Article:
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The Endurance Athlete’s Guide to Prebiotics, Probiotics, and Gut Health

lactobacillus acidophilus for healthy gut flora

Gut health, digestion, and all that good stuff. How’s it going for you?

Are you digesting everything? Absorbing all the available nutrients? Not sure? Let’s talk about it.

Gut health is vital for anyone trying to be fit and healthy. It’s even more important for an athlete who needs lots of extra calories and nutrients to withstand the stress of training. And still more important for endurance athletes (like you) who need to fuel up during their workouts and are at a greater risk of gastrointestinal distress.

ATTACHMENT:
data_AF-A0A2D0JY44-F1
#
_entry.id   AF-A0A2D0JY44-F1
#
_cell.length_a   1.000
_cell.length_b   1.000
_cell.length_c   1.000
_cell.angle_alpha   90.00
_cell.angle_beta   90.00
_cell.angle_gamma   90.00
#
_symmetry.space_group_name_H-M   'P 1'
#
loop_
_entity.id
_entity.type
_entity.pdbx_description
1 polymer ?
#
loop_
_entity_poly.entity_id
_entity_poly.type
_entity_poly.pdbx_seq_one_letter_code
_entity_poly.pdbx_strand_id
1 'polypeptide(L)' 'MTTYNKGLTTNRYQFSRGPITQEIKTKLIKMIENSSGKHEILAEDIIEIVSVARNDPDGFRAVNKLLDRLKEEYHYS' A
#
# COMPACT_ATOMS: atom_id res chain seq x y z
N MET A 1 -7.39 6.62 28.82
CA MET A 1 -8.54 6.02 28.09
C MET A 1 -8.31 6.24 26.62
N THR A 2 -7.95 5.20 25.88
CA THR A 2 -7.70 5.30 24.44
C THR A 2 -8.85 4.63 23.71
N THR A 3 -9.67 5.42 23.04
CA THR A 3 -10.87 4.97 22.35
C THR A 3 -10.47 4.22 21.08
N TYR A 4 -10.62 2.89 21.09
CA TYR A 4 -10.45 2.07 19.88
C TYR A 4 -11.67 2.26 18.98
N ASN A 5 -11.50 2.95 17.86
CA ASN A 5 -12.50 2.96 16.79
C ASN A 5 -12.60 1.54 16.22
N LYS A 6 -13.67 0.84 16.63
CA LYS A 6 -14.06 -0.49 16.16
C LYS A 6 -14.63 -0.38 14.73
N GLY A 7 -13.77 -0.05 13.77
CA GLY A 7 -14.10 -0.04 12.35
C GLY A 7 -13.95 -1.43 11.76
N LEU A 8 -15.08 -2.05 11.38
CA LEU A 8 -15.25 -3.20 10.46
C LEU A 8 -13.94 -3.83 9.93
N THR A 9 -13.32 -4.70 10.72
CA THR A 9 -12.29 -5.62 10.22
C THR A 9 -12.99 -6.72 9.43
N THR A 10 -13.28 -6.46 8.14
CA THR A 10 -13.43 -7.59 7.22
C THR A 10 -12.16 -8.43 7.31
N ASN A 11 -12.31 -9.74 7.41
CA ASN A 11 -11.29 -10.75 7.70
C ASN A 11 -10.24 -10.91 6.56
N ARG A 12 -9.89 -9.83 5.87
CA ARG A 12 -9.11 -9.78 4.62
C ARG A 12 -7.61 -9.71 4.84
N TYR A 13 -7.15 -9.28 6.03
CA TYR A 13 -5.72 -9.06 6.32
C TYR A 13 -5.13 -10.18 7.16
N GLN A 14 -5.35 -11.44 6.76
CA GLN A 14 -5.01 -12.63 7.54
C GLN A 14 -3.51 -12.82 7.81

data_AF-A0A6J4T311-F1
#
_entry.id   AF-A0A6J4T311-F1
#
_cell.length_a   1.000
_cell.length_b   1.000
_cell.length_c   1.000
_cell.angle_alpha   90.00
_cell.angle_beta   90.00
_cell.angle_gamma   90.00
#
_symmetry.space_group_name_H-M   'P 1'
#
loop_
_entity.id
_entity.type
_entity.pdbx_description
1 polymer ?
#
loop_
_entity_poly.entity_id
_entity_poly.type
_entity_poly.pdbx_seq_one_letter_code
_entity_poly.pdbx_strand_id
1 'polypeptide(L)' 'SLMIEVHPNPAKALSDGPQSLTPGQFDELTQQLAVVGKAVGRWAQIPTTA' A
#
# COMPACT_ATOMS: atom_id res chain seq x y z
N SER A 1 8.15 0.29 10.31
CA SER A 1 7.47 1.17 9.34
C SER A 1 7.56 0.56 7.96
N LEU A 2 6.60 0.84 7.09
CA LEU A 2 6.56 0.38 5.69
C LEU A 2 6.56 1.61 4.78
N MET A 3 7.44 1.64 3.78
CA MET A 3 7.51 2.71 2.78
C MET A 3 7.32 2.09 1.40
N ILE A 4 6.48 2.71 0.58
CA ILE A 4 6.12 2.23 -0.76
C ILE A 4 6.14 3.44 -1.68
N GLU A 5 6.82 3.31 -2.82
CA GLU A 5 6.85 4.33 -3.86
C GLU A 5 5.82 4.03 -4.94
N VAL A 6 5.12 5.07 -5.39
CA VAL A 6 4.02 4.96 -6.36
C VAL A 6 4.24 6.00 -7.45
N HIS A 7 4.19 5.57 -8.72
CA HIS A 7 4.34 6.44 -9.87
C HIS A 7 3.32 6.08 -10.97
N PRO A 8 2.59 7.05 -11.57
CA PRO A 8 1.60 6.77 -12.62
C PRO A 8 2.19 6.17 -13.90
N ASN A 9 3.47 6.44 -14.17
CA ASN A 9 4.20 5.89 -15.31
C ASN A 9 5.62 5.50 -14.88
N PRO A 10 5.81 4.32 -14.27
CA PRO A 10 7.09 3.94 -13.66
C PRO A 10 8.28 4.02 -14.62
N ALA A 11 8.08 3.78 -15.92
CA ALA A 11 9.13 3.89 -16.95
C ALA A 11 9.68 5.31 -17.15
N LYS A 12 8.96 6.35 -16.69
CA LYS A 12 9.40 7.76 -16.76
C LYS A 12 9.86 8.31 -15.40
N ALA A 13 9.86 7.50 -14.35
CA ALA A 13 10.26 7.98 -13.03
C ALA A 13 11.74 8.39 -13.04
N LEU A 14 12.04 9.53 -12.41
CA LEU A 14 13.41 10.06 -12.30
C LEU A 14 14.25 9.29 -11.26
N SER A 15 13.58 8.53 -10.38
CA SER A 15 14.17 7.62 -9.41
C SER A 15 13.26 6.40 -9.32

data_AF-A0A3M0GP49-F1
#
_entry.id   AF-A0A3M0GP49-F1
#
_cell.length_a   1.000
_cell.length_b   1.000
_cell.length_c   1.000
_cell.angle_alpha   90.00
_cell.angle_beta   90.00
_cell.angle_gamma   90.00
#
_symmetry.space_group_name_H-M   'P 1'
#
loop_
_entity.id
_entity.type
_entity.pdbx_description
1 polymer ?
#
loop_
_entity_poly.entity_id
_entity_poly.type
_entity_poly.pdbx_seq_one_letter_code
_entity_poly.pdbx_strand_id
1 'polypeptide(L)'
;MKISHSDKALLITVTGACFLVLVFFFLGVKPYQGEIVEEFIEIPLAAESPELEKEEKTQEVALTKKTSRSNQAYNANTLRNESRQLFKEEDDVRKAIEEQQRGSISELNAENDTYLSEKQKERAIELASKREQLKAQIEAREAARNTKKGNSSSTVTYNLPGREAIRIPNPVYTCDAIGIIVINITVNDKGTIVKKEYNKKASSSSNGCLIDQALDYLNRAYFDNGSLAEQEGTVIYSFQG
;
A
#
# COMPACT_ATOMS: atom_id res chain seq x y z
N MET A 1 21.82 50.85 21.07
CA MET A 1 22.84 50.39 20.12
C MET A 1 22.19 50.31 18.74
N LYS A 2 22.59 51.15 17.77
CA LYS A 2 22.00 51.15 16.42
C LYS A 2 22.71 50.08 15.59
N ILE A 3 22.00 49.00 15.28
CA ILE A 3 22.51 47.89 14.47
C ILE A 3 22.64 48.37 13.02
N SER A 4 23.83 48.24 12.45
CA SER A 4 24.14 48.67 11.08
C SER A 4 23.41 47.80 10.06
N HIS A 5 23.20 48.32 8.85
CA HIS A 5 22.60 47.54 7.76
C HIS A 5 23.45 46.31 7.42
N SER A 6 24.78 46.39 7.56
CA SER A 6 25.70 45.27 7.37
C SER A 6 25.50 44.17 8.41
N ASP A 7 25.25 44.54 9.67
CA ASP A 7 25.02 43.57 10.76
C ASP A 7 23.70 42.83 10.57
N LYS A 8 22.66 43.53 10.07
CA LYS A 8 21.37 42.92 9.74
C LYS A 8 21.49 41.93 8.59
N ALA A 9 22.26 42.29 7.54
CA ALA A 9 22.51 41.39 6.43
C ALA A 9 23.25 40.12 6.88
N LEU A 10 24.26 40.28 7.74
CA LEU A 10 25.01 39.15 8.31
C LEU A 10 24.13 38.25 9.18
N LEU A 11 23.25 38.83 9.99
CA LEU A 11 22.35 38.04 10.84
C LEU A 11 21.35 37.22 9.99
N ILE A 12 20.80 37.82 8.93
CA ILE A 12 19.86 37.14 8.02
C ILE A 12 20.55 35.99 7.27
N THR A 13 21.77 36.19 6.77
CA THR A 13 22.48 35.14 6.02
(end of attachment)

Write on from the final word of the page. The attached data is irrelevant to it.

Not to mention the number of problems that can be rooted in the digestive system. According to the Dr. Detective, Bryan Walsh, “Gastrointestinal infections are more common than many people realize, and can cause a host of seemingly unrelated symptoms.”

Want to see just how many symptoms? Review this case study where he gets to the bottom of a complicated gastrointestinal dysfunction.

It’s pretty serious business.

So let’s take a look at what’s going on in there…

A Look Into Your Digestive Tract

It goes by many names. Digestive tract, digestive system, gastrointestinal system, your gut. Whatever you want to call it is fine, just know that it’s more complex than you’d think.

The heart and lungs get the glory, and perhaps they should, but the GI tract should not be relegated to the background (because no one wants to talk about that stuff.)

For starters, the digestive system is where you digest food and absorb nutrients. And that’s very important to both health and sports performance.